• Client renders and shows the data/view in a user-friendly way

A modern single page web application tweaks the above process a little. Take AngularJS as an example, it puts HTML templates as static files together with other assets such as front-end JavaScript files, stylesheets and images. AngularJS then fills the data into the HTML templates by asking the back-end for data using Ajax RESTful API. Either way, back-end developers are fully responsible for handling data change requests from the front-end and saving changes in the database.

One of the features that distinguishes Meteor from other frameworks is its data synchronization mechanism among server and front-end/mobile apps. In Meteor, the client holds a mini-database shadow copy which is a small portion of replication from server database, a portion that is previously requested by the client and is authorized by server. When the client wants to make any changes to the data, it uses the consistent database API as server side to perform any CRUD instructions, and then data changes will be automatically sent to server and saved in the actual database. Whenever the server detects any data modifications, it will push the updated data to specific clients that subscribe to those data. This bi-directional data synchronization is accomplished automatically without any manual intervention. In order to create this magic, Meteor is using WebSocket to connect client and server under the hood so that any data changes on one end will be reflected to another instantly.

Build Automation Tool

Meteor not only takes care of server and web app applications, using Meteor’s build tool named Isobuild with the help of Cordova, a library that bundles HTML/JavaScript/CSS with native mobile functionalities, Meteor makes building iOS and Android apps a breeze. The generated mobile apps are hybrid apps that run JavaScript or show HTML pages inside a WebView. This workaround may compromise some user experience when compared to native mobile apps, but for many being able to manage it all under the same code base with web apps is quite a big selling point, and it saves a ton of development cost.

Overall, Meteor is a highly automated framework. This high level automation makes developers’ life much easier, yet it comes with a cost of jeopardized performance and scalability restrictions. As the user base grows, the automated data synchronization technique becomes the scaling chokepoint. To achieve the same capacity and performance as other hand-tuned backend technologies, Meteor usually consumes much more server hardware and bandwidth resources. So Meteor could be a great starting point and a perfect toolbox if one wants to prototype a project for all major platforms, but eventually at some point the system architecture has to be redesigned in a more professional way if the prototype becomes a production project with enough client base.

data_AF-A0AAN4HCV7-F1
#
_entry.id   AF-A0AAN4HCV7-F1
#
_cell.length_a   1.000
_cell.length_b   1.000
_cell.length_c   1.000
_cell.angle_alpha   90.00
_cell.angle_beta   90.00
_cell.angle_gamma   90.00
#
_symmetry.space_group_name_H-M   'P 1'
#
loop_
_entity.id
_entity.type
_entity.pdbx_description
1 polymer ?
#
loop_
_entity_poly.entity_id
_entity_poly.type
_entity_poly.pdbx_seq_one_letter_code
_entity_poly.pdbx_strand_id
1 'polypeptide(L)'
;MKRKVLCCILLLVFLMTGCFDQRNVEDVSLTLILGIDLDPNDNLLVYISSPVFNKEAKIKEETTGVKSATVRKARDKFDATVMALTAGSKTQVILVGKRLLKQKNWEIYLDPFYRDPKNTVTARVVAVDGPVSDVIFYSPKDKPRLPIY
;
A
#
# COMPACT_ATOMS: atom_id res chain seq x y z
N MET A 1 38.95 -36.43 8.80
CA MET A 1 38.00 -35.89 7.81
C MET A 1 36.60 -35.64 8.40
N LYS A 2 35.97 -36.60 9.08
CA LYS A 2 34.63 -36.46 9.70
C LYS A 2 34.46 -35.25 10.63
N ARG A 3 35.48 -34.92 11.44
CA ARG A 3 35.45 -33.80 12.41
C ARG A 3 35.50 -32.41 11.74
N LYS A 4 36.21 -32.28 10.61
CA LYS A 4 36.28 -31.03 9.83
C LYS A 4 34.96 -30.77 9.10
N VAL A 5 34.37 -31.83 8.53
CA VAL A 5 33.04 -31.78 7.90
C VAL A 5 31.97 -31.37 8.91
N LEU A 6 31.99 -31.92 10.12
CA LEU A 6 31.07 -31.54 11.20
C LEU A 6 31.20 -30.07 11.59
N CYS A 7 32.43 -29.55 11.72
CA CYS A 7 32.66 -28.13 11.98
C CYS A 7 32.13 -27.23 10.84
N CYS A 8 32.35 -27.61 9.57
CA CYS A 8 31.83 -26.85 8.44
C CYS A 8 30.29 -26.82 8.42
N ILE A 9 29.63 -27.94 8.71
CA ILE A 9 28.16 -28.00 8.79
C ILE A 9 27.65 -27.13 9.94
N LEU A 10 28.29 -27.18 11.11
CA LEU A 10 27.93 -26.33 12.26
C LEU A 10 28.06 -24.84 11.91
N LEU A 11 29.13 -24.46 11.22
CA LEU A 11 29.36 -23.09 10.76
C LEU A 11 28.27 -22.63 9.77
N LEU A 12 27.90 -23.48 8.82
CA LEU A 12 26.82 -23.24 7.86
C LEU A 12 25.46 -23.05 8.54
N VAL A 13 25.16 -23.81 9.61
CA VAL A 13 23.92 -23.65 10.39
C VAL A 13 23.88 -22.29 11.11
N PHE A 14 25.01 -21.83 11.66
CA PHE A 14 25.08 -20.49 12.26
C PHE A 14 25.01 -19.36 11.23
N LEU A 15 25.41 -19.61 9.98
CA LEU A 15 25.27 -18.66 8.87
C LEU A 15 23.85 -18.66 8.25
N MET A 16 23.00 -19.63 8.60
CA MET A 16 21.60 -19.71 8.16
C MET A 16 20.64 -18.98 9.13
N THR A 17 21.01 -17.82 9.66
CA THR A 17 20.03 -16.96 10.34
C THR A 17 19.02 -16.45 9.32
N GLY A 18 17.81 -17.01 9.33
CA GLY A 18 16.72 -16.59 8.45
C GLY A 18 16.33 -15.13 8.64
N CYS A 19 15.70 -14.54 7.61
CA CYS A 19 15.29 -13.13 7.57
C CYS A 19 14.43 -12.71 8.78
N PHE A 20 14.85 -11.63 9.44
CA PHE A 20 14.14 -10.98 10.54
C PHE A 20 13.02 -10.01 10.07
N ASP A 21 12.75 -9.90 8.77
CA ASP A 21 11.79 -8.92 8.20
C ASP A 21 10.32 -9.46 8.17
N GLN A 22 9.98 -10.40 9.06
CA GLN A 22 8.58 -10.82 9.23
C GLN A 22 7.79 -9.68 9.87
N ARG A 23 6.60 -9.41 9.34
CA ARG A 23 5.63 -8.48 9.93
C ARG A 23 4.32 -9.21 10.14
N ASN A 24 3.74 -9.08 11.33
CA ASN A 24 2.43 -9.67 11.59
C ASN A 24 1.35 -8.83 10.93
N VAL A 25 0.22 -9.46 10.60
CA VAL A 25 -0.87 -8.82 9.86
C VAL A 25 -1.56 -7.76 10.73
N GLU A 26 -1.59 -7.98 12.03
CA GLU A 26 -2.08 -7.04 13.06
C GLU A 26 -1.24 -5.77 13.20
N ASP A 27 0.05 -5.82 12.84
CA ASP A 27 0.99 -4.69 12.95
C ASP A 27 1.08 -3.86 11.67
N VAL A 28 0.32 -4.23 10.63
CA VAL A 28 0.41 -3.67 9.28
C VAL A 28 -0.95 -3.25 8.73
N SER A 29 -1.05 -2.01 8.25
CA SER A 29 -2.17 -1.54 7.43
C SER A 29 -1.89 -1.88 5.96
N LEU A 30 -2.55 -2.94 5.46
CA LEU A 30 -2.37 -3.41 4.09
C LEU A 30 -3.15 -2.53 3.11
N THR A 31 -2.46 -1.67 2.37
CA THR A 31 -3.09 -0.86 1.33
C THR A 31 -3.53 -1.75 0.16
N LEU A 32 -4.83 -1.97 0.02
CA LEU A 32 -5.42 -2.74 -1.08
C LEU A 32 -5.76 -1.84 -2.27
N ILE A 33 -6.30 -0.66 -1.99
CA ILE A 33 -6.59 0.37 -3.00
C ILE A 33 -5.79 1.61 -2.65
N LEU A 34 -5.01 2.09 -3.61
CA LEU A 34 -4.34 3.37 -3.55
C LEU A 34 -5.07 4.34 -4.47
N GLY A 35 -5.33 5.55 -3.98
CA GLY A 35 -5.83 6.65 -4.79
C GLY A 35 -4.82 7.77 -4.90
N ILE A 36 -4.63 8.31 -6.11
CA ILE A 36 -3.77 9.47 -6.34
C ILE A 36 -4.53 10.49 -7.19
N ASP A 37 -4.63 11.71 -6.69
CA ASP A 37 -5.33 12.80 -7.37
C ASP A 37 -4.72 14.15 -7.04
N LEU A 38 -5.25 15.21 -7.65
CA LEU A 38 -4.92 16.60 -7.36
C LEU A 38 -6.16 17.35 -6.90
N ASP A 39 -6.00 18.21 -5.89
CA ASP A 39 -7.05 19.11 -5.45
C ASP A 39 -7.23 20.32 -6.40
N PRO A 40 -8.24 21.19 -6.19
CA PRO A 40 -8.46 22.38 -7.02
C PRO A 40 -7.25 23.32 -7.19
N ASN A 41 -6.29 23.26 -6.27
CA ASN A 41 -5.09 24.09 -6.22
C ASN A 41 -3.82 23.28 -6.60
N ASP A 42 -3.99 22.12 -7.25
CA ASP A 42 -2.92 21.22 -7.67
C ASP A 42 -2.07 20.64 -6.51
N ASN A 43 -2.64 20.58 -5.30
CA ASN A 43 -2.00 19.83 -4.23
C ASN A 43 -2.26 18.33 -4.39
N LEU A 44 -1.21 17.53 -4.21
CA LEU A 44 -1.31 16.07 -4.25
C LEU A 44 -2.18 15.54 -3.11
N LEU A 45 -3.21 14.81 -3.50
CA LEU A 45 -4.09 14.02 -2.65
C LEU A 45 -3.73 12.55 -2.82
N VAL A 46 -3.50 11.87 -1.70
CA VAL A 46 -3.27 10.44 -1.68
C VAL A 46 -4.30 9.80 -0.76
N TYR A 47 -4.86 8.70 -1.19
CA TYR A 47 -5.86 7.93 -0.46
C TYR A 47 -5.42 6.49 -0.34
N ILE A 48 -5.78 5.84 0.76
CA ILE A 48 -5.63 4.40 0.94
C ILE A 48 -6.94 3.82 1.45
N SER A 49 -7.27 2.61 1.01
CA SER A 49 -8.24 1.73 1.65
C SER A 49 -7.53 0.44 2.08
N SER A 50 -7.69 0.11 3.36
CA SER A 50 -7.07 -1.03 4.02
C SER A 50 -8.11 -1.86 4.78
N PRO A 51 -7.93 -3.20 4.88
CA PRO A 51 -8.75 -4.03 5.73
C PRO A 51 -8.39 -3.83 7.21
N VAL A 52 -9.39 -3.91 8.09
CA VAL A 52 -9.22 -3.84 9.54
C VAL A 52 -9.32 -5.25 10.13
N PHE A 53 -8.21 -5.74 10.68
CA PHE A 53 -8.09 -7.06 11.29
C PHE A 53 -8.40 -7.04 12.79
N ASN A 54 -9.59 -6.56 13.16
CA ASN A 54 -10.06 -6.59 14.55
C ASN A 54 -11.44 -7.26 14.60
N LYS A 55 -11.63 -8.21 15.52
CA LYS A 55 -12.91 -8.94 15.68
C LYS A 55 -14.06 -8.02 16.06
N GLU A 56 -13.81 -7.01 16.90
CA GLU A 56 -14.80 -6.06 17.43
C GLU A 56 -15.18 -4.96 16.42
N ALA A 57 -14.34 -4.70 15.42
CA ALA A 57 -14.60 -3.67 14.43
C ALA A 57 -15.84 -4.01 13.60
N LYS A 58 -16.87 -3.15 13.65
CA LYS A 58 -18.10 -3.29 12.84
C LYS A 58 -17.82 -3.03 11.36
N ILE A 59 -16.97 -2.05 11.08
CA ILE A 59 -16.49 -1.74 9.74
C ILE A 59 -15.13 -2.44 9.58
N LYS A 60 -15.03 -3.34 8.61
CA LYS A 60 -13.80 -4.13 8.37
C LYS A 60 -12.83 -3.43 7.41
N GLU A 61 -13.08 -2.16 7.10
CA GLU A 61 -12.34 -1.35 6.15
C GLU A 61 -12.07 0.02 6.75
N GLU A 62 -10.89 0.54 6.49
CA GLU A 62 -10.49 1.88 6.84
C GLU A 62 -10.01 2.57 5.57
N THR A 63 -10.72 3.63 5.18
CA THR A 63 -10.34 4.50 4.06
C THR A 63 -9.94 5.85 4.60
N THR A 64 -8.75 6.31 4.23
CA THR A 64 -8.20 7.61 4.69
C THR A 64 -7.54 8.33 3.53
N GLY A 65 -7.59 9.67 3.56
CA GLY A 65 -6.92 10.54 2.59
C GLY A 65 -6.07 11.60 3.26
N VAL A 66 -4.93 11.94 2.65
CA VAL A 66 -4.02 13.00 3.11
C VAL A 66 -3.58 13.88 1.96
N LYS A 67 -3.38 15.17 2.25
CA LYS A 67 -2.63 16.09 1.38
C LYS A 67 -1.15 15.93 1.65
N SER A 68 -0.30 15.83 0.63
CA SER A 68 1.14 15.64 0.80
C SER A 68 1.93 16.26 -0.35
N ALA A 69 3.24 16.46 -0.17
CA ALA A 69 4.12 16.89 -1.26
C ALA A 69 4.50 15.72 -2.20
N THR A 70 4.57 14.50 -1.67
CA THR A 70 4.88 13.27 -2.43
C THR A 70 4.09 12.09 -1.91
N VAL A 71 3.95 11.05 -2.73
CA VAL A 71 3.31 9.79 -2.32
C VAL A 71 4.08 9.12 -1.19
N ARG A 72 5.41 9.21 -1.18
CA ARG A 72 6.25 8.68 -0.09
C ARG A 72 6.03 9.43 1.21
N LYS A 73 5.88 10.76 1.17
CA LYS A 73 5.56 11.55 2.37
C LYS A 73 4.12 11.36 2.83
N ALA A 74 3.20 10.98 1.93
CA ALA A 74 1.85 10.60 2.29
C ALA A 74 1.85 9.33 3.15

Sails.js: Superior MVC Framework for Node.js

Sails.js shares many similarities with Express. It’s a project generator, middleware and templating engine. It is in fact built on top of Express plus some higher level functionalities to speed up development.


Sails.js adopts Model-View-Controller design pattern from its core. For those coming from Ruby on Rails or Laravel, they will find the structure for a Sails.js app all too familiar. Model represents data model that reflects database table/collection schema, View is HTML view with filled in data, Controller is where you put all server-side business logic in and acts as a glue between data and view.

Real-Time Communication

Not like an HTTP request where the client has to query for server data every time, or long polling connection which puts server in idling mode, establishes a bidirectional event-based communication between client and server. Sails.js integrates and wraps it up with some higher abstraction level API to provide more convenience, thus making Sails.js especially suitable for creating chat apps or multiplayer games.

Database ORM

Between backend logic and actual database manipulation, there is a middle ORM layer called Waterline. Simply put, this ORM tool provides a consistent syntax to access different databases without developers having to be concerned about varied database query languages, like SQL vs NoSQL, schema vs schema-less and so on.

Sails.js has an intermediate automation degree. It focuses on the server side logic and is production ready, and it provides a faster developing pace than Express without sacrificing any performance or future scalability. In particular for the large quantity of MVC pattern devotees, Sails.js has quite a smooth learning curve.

Wrap Up

This article isn’t ranking different Node.js frameworks, rather it lists the shining spots of each framework to stand out from the crowd so as to help Node.js developers pick up the most suited toolbox when building a project from the ground up.

So which is your favorite Node.js framework for web development? Do you prefer some framework other than the ones we discussed above? Let us know in the comments section below.

Further Reading on the Toptal Engineering Blog:

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Chuoxian Yang

Located in Changsha, Hunan, China

Member since March 4, 2016

About the author

Chuoxian is a full-stack developer and tech company founder who has built multiple large-scale projects from blueprint to launch.

Toptalauthors are vetted experts in their fields and write on topics in which they have demonstrated experience. All of our content is peer reviewed and validated by Toptal experts in the same field.